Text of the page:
The Judicial Images Network Project was established in 2014 to bring together scholars and across disciplines and continents to explore issues surrounding the production, regulation and consumption of judicial images. Directed by Professors Leslie Moran and Linda Mulcahy this lecture is the final event in a series of three. The event will feature two speakers with extensive experience of the issues that arise from televised trials. The Deputy Chief Justice of South Africa Dikgang Moseneke will discuss the experience of, and issues arising from, the televising of the trial of Oscar Pistorious. Ruth Herz will reflect on her experience as a judge who took part in a popular German courtroom based reality TV show. Chaired by the Master of the Rolls this event will examine the ethical implications of allowing cameras into courts and whether and how the presence of cameras impacts on the dynamics of the trial.
Lord Dyson is the Master of the Rolls and Head of Civil Justice.
Ruth Herz is a former judge in Cologne, author and for several years was presiding judge on German television programme Das Jugendgericht (Youth Court).
Dikgang Moseneke is the Deputy Chief Justice of South Africa. For participating in anti-apartheid activity he was sentenced to 10 years' imprisonment all of which he served on Robben Island. In 1993 Moseneke served on the technical committee that drafted the interim constitution and in 1994 he was appointed Deputy Chairperson of the Independent Electoral Commission, which conducted the first democratic elections in South Africa. Before his appointment as Justice of the Constitutional Court, in November 2001 Moseneke was appointed a Judge of the High Court in Pretoria. On 29 November 2002 he was appointed as judge in the Constitutional Court Court and in June 2005, Moseneke was appointed Deputy Chief Justice of the Republic of South Africa.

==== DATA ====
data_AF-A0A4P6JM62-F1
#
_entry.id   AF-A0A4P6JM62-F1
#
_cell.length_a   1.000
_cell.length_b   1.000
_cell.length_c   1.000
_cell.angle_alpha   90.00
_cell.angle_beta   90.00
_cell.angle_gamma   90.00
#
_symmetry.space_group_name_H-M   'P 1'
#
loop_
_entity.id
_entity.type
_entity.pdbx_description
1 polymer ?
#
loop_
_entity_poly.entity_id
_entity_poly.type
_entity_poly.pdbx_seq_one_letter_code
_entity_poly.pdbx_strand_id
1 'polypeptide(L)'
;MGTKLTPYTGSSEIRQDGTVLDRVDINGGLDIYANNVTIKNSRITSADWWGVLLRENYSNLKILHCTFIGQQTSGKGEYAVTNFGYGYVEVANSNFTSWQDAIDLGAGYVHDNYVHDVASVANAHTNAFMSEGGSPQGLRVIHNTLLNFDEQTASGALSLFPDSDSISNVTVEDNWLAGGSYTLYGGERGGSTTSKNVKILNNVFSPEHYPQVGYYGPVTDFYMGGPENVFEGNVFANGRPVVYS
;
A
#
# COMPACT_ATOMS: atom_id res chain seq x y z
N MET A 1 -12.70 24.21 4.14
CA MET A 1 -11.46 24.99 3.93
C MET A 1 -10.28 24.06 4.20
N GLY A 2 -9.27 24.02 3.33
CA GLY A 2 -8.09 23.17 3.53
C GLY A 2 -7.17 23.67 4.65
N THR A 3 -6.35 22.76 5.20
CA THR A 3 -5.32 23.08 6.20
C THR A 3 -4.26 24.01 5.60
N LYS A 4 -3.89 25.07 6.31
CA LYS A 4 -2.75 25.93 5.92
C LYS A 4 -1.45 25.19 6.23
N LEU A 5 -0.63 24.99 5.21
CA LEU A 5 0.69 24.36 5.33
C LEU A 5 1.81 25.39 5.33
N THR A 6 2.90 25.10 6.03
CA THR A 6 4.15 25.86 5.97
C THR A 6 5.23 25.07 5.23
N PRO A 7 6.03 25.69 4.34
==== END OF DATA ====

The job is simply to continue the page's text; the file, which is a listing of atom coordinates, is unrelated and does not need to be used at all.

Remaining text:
Linda Mulcahy is Professor of Law at LSE and Director of LSE ESRC Doctoral Training Centre and PhD Academy.
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Twitter Hashtag for this event: #LSETVtrials
Podcast & Video
A podcast and video of this event is available to download from From Oscar Pistorius to Reality TV: the implications of using the courtroom as a television studio
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